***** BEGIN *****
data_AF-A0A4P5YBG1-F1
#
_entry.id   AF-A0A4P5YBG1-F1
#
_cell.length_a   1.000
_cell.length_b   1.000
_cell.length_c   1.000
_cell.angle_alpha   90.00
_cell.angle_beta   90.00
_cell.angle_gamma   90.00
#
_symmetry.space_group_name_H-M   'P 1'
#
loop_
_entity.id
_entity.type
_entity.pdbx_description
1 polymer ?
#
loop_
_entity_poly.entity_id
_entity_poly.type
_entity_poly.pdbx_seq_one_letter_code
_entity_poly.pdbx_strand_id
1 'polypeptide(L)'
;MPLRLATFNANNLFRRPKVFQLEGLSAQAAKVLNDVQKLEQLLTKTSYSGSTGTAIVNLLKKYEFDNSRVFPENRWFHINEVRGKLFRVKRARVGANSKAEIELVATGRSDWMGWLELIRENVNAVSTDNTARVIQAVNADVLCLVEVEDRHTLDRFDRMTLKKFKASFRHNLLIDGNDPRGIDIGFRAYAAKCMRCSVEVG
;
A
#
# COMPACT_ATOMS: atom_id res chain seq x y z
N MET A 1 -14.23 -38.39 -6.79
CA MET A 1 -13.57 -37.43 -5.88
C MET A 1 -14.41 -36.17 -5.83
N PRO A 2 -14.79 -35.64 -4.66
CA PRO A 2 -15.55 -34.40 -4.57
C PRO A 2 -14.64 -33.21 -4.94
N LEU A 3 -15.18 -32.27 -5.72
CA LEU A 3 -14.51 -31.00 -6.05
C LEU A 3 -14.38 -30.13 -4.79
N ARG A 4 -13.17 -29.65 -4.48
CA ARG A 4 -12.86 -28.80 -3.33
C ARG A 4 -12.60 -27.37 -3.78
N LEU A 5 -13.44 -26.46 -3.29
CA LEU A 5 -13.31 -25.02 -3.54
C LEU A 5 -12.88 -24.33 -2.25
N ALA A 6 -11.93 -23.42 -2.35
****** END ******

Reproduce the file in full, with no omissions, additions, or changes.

data_AF-A0A4P5YBG1-F1
#
_entry.id   AF-A0A4P5YBG1-F1
#
_cell.length_a   1.000
_cell.length_b   1.000
_cell.length_c   1.000
_cell.angle_alpha   90.00
_cell.angle_beta   90.00
_cell.angle_gamma   90.00
#
_symmetry.space_group_name_H-M   'P 1'
#
loop_
_entity.id
_entity.type
_entity.pdbx_description
1 polymer ?
#
loop_
_entity_poly.entity_id
_entity_poly.type
_entity_poly.pdbx_seq_one_letter_code
_entity_poly.pdbx_strand_id
1 'polypeptide(L)'
;MPLRLATFNANNLFRRPKVFQLEGLSAQAAKVLNDVQKLEQLLTKTSYSGSTGTAIVNLLKKYEFDNSRVFPENRWFHINEVRGKLFRVKRARVGANSKAEIELVATGRSDWMGWLELIRENVNAVSTDNTARVIQAVNADVLCLVEVEDRHTLDRFDRMTLKKFKASFRHNLLIDGNDPRGIDIGFRAYAAKCMRCSVEVG
;
A
#
# COMPACT_ATOMS: atom_id res chain seq x y z
N MET A 1 -14.23 -38.39 -6.79
CA MET A 1 -13.57 -37.43 -5.88
C MET A 1 -14.41 -36.17 -5.83
N PRO A 2 -14.79 -35.64 -4.66
CA PRO A 2 -15.55 -34.40 -4.57
C PRO A 2 -14.64 -33.21 -4.94
N LEU A 3 -15.18 -32.27 -5.72
CA LEU A 3 -14.51 -31.00 -6.05
C LEU A 3 -14.38 -30.13 -4.79
N ARG A 4 -13.17 -29.65 -4.48
CA ARG A 4 -12.86 -28.80 -3.33
C ARG A 4 -12.60 -27.37 -3.78
N LEU A 5 -13.44 -26.46 -3.29
CA LEU A 5 -13.31 -25.02 -3.54
C LEU A 5 -12.88 -24.33 -2.25
N ALA A 6 -11.93 -23.42 -2.35